Dr. Pease told last week’s audience “that he and his wife had to pass through two picket fences when they first saw The Gospel According to Saint Matthew by Pier Paolo Pasolini.” The first picket line was for the director’s political affiliation since he was an Italian Communist and the second was for his sexual orientation since he was an open homosexual. Needless to say, I was intrigued to see how a homosexual-communist tackled the story of Jesus and his ministry.
Pasolini wanted to create a Christ story emphasizing the humanity of Jesus. This portrayal was effective due to his small budget, amateur actors and neo-realist style of filming. It didn’t overemphasize the miracles performed or the passion scene unlike more modern films.
Jesus condemns the religious authorities repeating “Scribes, Pharisees, hypocrites,” three times and compares them to “a white-washed sepulcher.” This speech reinforced the film’s motif of sick interior concealed by an illusory exterior. After all, “Something is rotten in the state of Denmark.” (Hamlet I.iv 67)
The Gospels’ typical antagonists (Judas, the Pharisees and chief priests) weren’t portrayed in a redeeming light. Judas resembled a hit-man for the Italian mafia in this movie. The chief priests were shown seeking Jesus’ death rather than silencing his radical message.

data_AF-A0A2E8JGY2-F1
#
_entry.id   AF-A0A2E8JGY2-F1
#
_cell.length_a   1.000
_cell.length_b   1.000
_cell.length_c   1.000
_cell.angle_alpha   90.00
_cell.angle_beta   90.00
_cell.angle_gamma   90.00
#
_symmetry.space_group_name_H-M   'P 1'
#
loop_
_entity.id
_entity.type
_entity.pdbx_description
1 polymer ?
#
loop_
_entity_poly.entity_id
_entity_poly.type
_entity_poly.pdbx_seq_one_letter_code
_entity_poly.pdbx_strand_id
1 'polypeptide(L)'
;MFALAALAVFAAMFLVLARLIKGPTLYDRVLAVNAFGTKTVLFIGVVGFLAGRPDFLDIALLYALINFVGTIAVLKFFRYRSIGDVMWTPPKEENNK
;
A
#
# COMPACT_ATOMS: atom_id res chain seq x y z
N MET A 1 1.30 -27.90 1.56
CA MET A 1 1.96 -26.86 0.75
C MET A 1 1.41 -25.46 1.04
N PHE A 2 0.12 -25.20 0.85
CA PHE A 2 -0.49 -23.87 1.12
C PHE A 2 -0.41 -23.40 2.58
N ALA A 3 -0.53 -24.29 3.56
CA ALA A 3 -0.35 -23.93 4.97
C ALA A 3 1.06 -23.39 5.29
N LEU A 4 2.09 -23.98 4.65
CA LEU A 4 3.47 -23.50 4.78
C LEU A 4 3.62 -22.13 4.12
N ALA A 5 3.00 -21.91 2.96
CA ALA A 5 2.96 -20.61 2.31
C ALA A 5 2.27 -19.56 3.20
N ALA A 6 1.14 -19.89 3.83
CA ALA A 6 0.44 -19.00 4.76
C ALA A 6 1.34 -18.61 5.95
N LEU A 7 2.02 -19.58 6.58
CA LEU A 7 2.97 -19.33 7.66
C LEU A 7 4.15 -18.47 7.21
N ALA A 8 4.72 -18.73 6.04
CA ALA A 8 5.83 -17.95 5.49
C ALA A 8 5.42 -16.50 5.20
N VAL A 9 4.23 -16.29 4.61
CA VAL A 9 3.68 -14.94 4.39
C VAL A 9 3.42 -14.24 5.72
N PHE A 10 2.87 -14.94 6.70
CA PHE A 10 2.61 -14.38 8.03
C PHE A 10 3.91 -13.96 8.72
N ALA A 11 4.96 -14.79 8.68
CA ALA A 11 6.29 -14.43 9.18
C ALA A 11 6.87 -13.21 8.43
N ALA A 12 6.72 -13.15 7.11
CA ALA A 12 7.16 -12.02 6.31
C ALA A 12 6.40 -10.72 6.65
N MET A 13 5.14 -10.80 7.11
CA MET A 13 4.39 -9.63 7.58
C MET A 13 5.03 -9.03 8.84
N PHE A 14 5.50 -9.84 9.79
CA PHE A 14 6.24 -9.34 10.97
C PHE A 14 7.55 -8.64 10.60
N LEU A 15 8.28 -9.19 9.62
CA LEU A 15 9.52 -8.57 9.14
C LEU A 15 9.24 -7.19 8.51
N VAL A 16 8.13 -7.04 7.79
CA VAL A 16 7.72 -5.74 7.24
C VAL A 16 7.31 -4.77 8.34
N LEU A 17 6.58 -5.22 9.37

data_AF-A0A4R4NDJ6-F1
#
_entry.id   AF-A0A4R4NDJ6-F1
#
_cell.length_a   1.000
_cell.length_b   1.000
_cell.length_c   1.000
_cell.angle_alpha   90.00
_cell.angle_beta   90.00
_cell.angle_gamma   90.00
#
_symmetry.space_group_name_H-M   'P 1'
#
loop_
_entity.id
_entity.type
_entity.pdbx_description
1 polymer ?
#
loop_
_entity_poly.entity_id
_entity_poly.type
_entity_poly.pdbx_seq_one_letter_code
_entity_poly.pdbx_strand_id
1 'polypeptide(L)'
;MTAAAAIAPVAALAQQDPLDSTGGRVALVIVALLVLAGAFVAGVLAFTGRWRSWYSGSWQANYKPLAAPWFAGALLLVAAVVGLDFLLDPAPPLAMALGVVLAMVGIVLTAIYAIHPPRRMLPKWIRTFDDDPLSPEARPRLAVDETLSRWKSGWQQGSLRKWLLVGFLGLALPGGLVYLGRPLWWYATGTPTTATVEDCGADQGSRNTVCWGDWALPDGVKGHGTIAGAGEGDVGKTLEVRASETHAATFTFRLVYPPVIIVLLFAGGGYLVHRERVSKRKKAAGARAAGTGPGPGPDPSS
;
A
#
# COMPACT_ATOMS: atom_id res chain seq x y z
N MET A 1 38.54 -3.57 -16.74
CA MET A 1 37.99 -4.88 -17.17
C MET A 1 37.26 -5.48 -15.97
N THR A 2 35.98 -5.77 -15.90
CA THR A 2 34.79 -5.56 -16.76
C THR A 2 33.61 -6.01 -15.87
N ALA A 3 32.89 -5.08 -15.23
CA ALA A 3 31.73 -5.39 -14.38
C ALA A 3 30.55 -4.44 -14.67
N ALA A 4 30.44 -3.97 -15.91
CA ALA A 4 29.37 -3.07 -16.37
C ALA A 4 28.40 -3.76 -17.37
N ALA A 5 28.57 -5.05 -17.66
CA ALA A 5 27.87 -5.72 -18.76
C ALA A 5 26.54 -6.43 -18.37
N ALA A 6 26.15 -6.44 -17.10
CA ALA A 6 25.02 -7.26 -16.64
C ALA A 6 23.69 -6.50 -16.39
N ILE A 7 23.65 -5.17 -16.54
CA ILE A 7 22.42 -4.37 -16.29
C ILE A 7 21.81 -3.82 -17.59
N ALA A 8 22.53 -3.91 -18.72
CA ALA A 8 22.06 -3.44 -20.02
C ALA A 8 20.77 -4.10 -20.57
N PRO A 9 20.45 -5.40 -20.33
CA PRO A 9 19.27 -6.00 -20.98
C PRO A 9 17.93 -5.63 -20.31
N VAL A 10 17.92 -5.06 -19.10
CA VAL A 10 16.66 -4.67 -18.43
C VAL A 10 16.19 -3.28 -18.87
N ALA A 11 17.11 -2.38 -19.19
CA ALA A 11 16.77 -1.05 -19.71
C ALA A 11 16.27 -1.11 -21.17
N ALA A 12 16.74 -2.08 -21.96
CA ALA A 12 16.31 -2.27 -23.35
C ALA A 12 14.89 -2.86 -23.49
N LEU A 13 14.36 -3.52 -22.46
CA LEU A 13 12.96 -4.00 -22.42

The only part that bothered me was the depiction of the sermon(s) on the mount. This scene was cut to show a passage of time and under a number of weather conditions. It reminded me of a “Best of Christ’s lectures as seen on T.V.” Other than that, the film was excellent and well paced.
Film direction was expertly done for this film. Many scenes were filmed from the perspective of Jesus’ disciples or the crowd following him to put the viewer in the moment. Much of Jesus’ persecution was shown from Peter’s point of view as he followed the crowd.
The best example of this was at the Last Supper when Jesus says, “’tis better for him to never have been born at all” looking directly at the audience. That scene alone demonstrates that Pasolini either had an exceptional talent for scene direction, or he was flat-out spiritually inspired.
Today and tonight, Dr. Pease will be showing Smiles of a Summer Night by Ingmar Bergman. Next week is a Spanish language film, The Exterminating Angel (El Angel Exterminator) by Luis Bunuel. Ask your Spanish professors if they’ll give extra credit for attending. I know I will.
The film festival is continuing every Tuesday at 3:30 and 7 p.m. in the Evans building room 105. All students and faculty are invited. Admission is free to anyone interested. Until then, see you at the movies!